There was an especially high prevalence of erectile dysfunction among men with hypertension and diabetes, suggesting that screening for erectile dysfunction in these patients may be warranted. Researchers from the Johns Hopkins Bloomberg School of Public Health and the Johns Hopkins Hospital analyzed data from 2126 men who participated in the 2001-2002 National Health and Nutrition Examination Survey (NHANES).
As many as 18 million men may be affected with erectile dysfunction in the United States. The recent development of effective oral medications to treat erectile dysfunction has raised awareness and furnished treatment options, however lifestyle changes like increase of physical activity, stricter dietary control and other measures for the prevention of cardiovascular disease and diabetes may prevent decrease in erectile function.
The study was undertaken to assess the prevalence of erectile dysfunction in the general U.S. male population overall and by age; to assess the prevalence of cardiovascular risk factors among individuals with erectile dysfunction; and to determine associations of cardiovascular risk factors, including lack of physical activity with prevalent erectile dysfunction. Prevalence estimates from this study are nationally representative of the noninstitutionalized adult male population in the United States.
Using data obtained from a computer-assisted self-interview in a private room, the authors found that 18.4% of men 20 years and older experienced erectile dysfunction, defined as “sometimes able” or “never able” to get and keep an erection. Demographic data, cardiovascular risk factors and levels of physical activity were extracted from the NHANES study.
Writing in the article, investigator Elizabeth Selvin, PhD, MPH, states, “The association between erectile dysfunction and lack of physical activity suggests that lifestyle changes, especially increasing exercise level, may be effective nonpharmacological treatments. The associations between erectile dysfunction and diabetes and other known cardiovascular risk factors should serve as powerful motivators for male patients for whom diet and lifestyle changes are needed to improve their cardiovascular risk profile. These data suggest physical activity and other measures for the prevention of cardiovascular disease and diabetes may prevent decrease in erectile function.”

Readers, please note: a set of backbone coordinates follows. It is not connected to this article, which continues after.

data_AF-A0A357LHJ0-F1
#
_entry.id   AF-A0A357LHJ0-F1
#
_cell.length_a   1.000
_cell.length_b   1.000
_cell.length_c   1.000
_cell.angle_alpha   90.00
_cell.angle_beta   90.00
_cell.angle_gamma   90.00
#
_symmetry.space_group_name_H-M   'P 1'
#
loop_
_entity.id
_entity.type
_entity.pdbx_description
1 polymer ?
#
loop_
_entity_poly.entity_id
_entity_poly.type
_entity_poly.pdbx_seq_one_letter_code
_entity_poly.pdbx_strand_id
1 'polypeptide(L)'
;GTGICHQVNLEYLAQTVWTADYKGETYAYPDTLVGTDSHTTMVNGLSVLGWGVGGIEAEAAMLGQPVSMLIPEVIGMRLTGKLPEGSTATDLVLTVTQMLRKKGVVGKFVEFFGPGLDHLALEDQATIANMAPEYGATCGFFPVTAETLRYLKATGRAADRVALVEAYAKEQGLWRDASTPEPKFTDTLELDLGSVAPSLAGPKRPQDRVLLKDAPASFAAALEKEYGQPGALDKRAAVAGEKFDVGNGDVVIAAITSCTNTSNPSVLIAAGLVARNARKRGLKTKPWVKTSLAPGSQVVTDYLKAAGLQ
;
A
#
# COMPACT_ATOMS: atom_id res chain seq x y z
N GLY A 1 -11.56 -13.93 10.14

The study is “Prevalence and Risk Factors for Erectile Dysfunction in the US” by Elizabeth Selvin, PhD, MPH, Arthur L. Burnett, MD, and Elizabeth A. Platz, ScD, MPH. It appears in The American Journal of Medicine, Volume 120, Issue 2 (February 2007), published by Elsevier.
Pamela Poppalardo | alfa
The Great Unknown: Risk-Taking Behavior in Adolescents
19.01.2017 | Max-Planck-Institut für Bildungsforschung
A sudden drop in outdoor temperature increases the risk of respiratory infections
11.01.2017 | University of Gothenburg
An important step towards a completely new experimental access to quantum physics has been made at University of Konstanz. The team of scientists headed by...
Yersiniae cause severe intestinal infections. Studies using Yersinia pseudotuberculosis as a model organism aim to elucidate the infection mechanisms of these...
Researchers from the University of Hamburg in Germany, in collaboration with colleagues from the University of Aarhus in Denmark, have synthesized a new superconducting material by growing a few layers of an antiferromagnetic transition-metal chalcogenide on a bismuth-based topological insulator, both being non-superconducting materials.
While superconductivity and magnetism are generally believed to be mutually exclusive, surprisingly, in this new material, superconducting correlations...
Laser-driving of semimetals allows creating novel quasiparticle states within condensed matter systems and switching between different states on ultrafast time scales
Studying properties of fundamental particles in condensed matter systems is a promising approach to quantum field theory. Quasiparticles offer the opportunity...
Among the general public, solar thermal energy is currently associated with dark blue, rectangular collectors on building roofs. Technologies are needed for aesthetically high quality architecture which offer the architect more room for manoeuvre when it comes to low- and plus-energy buildings. With the “ArKol” project, researchers at Fraunhofer ISE together with partners are currently developing two façade collectors for solar thermal energy generation, which permit a high degree of design flexibility: a strip collector for opaque façade sections and a solar thermal blind for transparent sections. The current state of the two developments will be presented at the BAU 2017 trade fair.
As part of the “ArKol – development of architecturally highly integrated façade collectors with heat pipes” project, Fraunhofer ISE together with its partners...
19.01.2017 | Event News
10.01.2017 | Event News
09.01.2017 | Event News
19.01.2017 | Earth Sciences
19.01.2017 | Life Sciences
19.01.2017 | Physics and Astronomy